OLD PHOTOS of JAPAN, a photo blog of Japan in the Meiji, Taisho and Showa periods

Old Photos of Japan
shows photos of Japan between the 1860s and 1930s. In 1854, Japan opened its doors to the outside world for the first time in more than 200 years. It set in motion a truly astounding transformation. As fate would have it, photography had just been invented. As the old country vanished and a new one was born, daring photographers took photos. Discover what life was like with their rare and precious photographs of old Japan.
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  • Cristina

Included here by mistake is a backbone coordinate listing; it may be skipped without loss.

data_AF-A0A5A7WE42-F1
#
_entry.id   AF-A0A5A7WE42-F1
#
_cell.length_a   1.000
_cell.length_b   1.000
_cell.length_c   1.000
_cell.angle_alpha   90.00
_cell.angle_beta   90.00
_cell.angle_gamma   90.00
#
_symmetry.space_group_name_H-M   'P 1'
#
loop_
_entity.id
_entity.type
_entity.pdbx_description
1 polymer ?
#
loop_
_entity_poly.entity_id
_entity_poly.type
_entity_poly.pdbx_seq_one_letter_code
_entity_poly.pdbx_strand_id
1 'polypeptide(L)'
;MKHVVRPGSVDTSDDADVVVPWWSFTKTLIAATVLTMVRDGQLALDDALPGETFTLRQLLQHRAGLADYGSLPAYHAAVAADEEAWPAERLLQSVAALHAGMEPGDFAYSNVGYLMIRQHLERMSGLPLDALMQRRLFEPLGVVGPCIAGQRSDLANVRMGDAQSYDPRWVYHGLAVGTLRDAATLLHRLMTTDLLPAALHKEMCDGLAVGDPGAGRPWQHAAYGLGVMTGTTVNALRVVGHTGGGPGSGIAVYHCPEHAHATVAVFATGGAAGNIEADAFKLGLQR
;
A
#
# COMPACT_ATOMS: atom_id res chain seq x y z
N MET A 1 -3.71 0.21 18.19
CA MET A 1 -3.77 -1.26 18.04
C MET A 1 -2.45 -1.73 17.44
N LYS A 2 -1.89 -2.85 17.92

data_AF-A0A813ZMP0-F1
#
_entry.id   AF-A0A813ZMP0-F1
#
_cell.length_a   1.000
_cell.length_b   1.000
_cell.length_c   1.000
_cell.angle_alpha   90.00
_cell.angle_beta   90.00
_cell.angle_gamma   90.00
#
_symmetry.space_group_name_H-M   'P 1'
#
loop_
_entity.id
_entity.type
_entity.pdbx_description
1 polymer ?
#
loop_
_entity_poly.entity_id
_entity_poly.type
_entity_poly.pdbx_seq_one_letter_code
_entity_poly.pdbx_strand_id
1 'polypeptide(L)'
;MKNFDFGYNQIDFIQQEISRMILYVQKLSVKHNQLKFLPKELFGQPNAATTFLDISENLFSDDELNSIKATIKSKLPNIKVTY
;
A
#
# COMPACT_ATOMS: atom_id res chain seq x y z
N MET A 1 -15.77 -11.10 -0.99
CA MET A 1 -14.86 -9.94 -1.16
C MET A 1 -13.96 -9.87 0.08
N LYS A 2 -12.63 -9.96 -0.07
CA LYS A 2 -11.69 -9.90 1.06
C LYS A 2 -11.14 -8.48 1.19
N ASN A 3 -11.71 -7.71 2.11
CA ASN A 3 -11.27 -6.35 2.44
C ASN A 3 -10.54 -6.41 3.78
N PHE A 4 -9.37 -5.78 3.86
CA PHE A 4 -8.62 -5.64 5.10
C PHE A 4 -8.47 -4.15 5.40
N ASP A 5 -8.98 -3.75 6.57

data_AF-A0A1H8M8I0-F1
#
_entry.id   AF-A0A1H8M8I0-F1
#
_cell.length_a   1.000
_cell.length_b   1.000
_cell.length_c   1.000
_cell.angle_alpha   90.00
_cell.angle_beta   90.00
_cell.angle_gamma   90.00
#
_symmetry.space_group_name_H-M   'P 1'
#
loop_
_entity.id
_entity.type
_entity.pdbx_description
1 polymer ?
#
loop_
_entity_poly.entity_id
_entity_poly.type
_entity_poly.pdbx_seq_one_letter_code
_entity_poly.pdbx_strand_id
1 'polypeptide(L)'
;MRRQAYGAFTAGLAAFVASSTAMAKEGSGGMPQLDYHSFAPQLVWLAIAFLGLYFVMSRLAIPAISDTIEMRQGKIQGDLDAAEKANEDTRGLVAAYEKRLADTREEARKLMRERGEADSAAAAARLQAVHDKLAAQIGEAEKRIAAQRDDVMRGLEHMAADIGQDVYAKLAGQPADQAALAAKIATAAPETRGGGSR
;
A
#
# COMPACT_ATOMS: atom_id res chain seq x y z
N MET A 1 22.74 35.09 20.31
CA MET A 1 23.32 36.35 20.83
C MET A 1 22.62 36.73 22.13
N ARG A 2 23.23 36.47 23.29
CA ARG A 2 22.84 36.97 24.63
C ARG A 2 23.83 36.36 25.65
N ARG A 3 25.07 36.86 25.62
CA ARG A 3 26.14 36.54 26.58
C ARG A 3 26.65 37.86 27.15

• Kjeld Duits

    Thanks, Matt! Always wonderful to get feedback. This photo is indeed a real beauty, isn’t it? …

  • Matt

    Another fascinating article. Thanks! Wonderful photograph.

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From the late nineteenth to the early twentieth century, Japan was a vital world center for postcard art. More than just casual mail pieces, these postcards were often designed by prominent artists and had a visual impact that belied their modest format.

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1880s • Shinto Priest

Japanese Shinto Priest (Photo by Kimbei Kusakabe)